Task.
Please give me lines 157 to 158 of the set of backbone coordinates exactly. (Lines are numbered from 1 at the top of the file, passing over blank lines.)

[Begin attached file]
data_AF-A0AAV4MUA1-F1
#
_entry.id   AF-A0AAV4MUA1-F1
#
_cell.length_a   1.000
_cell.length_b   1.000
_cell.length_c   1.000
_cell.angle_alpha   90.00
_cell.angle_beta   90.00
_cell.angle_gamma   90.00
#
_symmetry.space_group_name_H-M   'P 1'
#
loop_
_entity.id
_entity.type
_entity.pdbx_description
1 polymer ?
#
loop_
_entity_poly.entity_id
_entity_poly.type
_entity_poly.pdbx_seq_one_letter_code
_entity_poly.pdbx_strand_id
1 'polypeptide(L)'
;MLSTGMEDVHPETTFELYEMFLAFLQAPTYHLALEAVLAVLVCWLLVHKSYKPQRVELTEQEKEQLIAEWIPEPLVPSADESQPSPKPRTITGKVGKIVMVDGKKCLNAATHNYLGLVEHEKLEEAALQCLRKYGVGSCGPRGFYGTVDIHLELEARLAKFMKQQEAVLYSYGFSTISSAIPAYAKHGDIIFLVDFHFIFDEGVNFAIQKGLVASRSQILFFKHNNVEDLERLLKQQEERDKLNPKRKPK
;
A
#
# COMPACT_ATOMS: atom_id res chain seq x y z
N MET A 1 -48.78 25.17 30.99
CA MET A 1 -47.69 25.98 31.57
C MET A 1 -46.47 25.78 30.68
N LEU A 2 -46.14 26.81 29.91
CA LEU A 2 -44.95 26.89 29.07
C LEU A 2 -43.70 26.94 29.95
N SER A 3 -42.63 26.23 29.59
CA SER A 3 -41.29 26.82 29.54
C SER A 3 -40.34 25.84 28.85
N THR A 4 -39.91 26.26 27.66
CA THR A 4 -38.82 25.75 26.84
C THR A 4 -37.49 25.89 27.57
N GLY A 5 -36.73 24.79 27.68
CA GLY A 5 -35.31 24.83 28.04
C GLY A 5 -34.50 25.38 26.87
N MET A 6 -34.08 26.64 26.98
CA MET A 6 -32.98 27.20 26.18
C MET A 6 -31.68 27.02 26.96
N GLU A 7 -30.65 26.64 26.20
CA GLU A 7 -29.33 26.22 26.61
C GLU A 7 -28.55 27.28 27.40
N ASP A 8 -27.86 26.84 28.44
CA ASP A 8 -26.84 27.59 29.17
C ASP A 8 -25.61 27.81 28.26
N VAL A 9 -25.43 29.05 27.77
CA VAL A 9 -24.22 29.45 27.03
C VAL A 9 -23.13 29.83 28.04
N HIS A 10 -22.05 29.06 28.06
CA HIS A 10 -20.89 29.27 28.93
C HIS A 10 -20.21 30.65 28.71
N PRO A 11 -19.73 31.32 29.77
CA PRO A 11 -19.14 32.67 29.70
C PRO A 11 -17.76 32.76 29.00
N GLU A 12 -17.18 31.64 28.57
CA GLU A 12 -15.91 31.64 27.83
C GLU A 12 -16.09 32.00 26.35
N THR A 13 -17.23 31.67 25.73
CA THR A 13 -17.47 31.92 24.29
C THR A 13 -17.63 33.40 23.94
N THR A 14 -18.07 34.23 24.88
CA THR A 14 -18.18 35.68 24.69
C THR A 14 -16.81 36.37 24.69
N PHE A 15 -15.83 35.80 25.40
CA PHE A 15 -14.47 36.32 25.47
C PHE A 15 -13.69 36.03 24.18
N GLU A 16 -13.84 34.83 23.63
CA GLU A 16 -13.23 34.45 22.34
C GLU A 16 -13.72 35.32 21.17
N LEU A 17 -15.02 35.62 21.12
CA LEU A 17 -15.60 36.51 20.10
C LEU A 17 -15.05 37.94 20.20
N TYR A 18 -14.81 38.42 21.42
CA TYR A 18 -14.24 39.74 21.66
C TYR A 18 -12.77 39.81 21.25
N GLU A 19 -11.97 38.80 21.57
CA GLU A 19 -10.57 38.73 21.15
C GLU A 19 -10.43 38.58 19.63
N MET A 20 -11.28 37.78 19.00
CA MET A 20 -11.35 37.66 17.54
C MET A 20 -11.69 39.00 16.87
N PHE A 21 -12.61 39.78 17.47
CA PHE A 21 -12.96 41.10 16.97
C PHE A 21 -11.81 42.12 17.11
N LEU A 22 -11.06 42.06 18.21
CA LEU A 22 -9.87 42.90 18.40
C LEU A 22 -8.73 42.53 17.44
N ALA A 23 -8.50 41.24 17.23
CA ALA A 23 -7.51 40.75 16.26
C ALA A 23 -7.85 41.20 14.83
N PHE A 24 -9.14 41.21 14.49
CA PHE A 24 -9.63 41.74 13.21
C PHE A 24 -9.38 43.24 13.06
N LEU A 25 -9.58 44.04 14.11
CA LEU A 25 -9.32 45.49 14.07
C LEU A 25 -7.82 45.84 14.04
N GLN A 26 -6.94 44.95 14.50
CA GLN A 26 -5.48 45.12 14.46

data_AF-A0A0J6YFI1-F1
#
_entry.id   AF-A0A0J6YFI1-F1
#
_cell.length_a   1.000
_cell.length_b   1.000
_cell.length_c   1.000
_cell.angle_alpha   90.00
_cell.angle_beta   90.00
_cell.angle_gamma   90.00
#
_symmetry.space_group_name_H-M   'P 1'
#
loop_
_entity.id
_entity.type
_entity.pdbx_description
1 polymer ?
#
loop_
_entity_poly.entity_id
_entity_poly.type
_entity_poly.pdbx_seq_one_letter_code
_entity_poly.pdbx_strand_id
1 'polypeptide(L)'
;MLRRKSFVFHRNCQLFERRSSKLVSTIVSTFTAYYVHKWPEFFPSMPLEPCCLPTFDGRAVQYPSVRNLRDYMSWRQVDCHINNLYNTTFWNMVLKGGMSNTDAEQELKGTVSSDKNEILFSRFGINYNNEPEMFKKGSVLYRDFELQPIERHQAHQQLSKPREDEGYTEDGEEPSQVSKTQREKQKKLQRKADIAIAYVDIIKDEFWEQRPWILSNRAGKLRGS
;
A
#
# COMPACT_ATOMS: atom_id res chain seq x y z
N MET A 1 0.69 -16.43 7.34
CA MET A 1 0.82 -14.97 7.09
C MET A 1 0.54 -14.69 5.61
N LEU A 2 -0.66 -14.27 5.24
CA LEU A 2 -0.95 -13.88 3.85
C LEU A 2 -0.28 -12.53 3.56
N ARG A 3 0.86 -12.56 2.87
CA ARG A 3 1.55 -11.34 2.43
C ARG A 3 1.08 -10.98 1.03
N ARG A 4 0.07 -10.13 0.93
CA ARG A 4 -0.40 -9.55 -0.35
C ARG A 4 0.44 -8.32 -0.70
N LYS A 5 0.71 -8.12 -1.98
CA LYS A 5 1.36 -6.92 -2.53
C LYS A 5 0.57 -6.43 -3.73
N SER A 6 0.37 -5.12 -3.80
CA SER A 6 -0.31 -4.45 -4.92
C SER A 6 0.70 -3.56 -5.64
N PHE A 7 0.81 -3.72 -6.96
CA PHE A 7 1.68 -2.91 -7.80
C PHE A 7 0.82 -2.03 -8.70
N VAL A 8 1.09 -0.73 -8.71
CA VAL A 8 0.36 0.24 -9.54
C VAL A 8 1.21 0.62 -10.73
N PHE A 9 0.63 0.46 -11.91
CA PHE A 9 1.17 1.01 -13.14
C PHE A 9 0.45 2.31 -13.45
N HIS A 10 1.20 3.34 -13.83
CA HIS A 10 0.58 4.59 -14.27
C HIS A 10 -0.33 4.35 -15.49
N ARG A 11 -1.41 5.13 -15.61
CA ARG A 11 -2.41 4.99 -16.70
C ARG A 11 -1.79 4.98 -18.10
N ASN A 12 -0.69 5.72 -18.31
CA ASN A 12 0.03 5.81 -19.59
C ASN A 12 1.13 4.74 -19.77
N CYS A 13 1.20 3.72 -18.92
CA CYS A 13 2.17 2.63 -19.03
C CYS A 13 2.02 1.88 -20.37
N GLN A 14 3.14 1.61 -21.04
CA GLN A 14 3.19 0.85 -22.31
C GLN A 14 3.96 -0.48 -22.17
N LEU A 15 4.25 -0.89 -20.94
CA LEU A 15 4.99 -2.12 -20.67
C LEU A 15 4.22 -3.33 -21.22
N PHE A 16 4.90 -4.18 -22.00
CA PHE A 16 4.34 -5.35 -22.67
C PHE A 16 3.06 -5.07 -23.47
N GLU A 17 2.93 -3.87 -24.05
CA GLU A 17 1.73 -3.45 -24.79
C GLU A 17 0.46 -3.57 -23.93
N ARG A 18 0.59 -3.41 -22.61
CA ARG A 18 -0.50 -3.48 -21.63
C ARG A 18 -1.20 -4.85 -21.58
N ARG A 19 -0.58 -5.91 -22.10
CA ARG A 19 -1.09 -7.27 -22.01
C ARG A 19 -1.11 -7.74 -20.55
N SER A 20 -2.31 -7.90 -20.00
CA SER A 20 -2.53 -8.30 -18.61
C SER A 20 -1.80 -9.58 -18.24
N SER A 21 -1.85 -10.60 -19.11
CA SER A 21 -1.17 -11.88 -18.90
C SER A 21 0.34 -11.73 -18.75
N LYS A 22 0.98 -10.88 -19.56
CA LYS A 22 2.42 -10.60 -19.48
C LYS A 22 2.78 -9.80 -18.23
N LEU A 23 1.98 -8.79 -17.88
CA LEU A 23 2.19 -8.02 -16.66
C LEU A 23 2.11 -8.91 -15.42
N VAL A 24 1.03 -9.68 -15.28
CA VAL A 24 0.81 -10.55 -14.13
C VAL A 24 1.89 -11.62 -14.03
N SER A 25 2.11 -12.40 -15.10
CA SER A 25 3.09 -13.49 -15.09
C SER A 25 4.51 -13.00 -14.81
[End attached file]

CA PHE A 7 1.68 -2.91 -7.80
C PHE A 7 0.82 -2.03 -8.70